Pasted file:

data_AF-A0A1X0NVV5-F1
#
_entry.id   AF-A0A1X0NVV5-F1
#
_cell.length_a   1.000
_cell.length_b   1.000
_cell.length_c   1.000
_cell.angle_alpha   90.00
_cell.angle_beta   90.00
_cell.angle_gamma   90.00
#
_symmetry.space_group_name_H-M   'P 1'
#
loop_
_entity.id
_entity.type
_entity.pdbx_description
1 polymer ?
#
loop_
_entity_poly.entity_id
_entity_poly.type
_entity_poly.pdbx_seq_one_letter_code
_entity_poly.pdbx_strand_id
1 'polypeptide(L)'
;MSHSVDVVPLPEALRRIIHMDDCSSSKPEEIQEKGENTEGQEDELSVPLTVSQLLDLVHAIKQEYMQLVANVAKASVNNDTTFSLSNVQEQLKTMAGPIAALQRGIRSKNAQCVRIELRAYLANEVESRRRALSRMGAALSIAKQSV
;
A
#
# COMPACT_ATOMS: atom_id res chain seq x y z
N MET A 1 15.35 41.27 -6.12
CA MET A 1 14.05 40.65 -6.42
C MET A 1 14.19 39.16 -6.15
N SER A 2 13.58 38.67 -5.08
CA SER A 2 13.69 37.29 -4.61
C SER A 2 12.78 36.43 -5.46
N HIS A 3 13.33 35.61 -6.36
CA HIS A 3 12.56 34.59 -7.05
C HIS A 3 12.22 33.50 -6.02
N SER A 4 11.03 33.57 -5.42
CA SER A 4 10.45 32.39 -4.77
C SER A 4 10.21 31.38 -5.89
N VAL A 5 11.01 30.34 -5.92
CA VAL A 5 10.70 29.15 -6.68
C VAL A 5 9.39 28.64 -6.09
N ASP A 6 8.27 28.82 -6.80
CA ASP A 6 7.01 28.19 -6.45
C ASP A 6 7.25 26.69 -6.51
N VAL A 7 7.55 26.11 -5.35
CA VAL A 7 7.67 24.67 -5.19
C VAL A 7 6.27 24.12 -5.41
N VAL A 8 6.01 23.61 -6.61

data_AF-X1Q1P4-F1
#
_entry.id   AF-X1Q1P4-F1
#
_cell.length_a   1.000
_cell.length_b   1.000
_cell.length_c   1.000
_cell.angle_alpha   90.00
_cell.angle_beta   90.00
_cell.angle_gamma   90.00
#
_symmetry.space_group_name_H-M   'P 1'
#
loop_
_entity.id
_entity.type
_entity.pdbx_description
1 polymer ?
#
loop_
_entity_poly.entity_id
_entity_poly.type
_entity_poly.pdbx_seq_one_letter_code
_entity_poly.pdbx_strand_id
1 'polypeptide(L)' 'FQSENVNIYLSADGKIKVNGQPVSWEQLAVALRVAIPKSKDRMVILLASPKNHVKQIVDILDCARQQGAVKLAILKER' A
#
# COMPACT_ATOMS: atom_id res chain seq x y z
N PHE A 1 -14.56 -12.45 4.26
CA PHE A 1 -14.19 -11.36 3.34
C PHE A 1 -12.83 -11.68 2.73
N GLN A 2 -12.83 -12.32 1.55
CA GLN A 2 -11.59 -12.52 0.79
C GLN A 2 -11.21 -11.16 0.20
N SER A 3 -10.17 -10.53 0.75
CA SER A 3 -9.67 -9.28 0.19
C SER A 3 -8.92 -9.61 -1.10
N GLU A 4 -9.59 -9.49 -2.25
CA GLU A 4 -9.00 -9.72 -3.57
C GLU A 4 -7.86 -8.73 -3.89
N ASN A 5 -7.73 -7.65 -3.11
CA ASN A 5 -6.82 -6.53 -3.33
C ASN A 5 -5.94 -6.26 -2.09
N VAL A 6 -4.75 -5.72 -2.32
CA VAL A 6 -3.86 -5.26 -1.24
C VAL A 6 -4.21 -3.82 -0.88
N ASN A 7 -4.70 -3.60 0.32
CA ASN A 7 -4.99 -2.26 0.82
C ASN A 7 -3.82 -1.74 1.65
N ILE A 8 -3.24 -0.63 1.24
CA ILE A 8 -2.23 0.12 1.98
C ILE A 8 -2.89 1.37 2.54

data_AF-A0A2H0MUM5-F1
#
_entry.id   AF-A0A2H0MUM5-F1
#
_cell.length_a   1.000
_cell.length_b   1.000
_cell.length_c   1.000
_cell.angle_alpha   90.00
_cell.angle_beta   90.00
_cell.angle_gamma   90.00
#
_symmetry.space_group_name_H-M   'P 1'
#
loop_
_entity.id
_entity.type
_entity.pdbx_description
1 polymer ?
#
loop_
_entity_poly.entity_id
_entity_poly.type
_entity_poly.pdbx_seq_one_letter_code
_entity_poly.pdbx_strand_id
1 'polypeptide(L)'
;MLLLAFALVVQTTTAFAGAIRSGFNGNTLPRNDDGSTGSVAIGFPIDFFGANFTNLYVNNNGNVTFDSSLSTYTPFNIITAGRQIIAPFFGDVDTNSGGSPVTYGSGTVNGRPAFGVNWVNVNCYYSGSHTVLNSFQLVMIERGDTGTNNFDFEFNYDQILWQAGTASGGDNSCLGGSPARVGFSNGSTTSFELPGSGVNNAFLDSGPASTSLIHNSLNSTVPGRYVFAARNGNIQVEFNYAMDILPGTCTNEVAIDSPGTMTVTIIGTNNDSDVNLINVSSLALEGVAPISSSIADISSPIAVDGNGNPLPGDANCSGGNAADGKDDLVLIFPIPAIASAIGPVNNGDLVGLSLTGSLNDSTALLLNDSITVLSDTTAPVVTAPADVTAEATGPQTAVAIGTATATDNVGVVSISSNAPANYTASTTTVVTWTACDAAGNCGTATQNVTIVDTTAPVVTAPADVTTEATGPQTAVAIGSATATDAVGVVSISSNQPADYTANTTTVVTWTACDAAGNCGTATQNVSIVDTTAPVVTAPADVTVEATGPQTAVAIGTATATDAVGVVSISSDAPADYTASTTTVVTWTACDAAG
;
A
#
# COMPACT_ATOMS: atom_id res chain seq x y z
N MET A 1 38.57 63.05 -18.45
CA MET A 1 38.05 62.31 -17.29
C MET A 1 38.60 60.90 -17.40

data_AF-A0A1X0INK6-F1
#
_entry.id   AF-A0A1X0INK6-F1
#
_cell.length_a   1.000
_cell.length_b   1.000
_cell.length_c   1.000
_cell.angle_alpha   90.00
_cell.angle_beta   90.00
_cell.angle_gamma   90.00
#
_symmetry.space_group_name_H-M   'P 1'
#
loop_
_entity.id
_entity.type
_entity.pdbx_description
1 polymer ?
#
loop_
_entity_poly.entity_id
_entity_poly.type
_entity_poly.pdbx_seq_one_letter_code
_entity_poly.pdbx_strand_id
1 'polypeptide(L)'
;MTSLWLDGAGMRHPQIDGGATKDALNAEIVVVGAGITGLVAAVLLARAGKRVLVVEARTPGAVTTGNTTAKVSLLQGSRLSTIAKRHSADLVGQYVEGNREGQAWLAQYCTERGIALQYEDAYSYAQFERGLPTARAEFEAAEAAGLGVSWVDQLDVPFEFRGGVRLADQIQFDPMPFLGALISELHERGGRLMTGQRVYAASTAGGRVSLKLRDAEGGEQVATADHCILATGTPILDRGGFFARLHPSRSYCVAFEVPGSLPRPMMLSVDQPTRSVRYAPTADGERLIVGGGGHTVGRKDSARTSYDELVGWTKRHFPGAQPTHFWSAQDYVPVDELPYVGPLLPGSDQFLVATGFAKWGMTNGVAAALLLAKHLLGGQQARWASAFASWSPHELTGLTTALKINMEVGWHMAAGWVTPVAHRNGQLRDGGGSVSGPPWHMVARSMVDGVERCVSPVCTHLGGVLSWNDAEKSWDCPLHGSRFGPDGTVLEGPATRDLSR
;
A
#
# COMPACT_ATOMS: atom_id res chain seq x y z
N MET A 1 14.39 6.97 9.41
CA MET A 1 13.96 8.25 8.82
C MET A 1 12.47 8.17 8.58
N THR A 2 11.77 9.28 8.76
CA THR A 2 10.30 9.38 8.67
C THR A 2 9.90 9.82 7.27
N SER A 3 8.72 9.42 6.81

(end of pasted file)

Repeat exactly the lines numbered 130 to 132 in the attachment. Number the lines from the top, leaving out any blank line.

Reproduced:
;
A
#